There’s new opposition to the federal government using remote-controlled planes to spy on cattle ranchers in Nebraska, Iowa, Missouri, and Kansas. Republican Senator Mike Johanns, who is from Nebraska, has introduced a new bill that would ban the use of aerial drones by the EPA, this after recent revelations that the agency is using unmanned aircraft to make sure ranchers are not contaminating the water supply.

Johanns has said, “EPA’s surveillance program only adds to the deficit of trust this closed-door agency has earned of late. It’s past time for Congress to put an end to EPA’s use of aerial surveillance.”

The story made headlines last week when reports surfaced that the EPA was using drones to spy on ranchers. The EPA fired back saying that they were not using drones, but were in fact, using single-engine Cessnas.

CORRECTION: According to a spokesperson in the office of Sen. Johanns, the bill introduced and discussed in this post would ban all aerial surveillance by manned aircraft, not drones or remote-controlled planes. Below is the full text of the statement put out by Sen. Johanns's office on Tuesday:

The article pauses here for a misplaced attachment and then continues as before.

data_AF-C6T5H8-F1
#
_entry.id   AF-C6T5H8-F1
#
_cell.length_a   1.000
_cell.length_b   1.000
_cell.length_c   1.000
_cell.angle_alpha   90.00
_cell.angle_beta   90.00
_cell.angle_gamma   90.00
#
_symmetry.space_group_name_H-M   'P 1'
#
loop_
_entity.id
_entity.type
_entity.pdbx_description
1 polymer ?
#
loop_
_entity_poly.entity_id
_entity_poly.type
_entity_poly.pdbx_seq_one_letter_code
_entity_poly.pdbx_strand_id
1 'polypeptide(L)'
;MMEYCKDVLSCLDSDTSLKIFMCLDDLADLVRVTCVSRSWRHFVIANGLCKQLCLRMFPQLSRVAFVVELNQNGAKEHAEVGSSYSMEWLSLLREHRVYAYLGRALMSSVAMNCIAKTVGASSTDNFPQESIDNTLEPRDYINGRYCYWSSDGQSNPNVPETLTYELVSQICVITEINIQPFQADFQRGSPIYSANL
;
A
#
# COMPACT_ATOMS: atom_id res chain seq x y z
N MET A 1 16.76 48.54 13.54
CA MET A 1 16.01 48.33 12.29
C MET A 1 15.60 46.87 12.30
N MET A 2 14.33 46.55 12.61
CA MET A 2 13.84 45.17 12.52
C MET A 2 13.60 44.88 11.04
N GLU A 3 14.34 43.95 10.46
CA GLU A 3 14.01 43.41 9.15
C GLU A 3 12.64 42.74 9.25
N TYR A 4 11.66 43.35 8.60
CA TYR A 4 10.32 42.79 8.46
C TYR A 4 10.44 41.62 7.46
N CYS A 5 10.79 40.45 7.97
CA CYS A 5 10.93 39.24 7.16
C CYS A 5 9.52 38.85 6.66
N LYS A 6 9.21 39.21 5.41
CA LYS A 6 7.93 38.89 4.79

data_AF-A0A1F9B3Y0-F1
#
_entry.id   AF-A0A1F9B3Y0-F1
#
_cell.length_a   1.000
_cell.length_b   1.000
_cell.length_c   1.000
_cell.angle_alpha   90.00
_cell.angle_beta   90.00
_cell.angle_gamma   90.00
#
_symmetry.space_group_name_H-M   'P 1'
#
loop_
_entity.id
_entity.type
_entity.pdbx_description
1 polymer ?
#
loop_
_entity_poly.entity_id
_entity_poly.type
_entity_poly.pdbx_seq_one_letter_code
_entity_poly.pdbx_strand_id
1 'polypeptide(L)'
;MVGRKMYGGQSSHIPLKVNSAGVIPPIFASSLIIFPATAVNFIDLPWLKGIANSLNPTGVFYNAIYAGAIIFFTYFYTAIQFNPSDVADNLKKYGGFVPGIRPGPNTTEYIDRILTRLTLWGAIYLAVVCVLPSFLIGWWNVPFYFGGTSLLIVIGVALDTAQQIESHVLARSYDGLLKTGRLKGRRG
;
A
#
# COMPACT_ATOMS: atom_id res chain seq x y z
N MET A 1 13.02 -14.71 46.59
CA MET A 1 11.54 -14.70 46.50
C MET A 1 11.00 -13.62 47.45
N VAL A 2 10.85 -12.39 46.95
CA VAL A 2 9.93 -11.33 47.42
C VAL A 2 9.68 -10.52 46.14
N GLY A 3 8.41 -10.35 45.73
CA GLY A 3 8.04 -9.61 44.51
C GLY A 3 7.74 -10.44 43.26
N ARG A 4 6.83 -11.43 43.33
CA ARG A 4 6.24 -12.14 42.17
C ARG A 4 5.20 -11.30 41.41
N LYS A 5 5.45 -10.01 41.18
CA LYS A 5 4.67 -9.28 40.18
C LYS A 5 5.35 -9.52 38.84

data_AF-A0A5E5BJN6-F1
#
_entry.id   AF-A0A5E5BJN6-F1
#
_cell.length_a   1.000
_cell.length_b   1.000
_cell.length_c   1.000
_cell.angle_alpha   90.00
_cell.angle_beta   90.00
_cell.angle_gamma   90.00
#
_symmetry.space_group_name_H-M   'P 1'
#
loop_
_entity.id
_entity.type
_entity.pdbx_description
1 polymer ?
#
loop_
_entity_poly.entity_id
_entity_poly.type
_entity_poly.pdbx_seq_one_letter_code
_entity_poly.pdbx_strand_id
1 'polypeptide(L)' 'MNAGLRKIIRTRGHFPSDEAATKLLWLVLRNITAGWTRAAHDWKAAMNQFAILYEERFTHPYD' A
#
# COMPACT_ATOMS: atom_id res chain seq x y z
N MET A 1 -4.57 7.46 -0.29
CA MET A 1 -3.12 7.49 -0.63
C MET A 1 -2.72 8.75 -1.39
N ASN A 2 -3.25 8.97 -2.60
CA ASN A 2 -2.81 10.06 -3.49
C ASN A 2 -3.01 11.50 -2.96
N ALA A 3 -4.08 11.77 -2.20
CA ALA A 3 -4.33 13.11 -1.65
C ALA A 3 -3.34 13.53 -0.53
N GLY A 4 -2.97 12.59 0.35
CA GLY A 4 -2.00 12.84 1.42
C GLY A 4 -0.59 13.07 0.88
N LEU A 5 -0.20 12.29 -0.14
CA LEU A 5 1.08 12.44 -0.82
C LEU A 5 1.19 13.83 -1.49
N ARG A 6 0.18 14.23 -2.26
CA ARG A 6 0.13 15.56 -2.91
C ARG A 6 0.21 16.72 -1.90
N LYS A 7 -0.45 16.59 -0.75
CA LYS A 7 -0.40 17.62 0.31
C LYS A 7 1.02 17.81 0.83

"Sen. Mike Johanns (R-Neb.) today introduced an amendment to the farm bill banning the Environmental Protection Agency’s (EPA) use of aerial surveillance after the agency failed to provide comprehensive answers about the program’s use nationwide.

“This is a trust issue, and farmers and ranchers don’t trust EPA doing low-level surveillance flights over their operations,” Johanns said. “EPA’s surveillance program only adds to the deficit of trust this closed-door agency has earned of late. It’s past time for Congress to put an end to EPA's use of aerial surveillance.”

Johanns’ amendment specifically prohibits EPA from conducting aerial surveillance to inspect or to record images of agricultural operations. The amendment does not affect the use of traditional on-site inspections."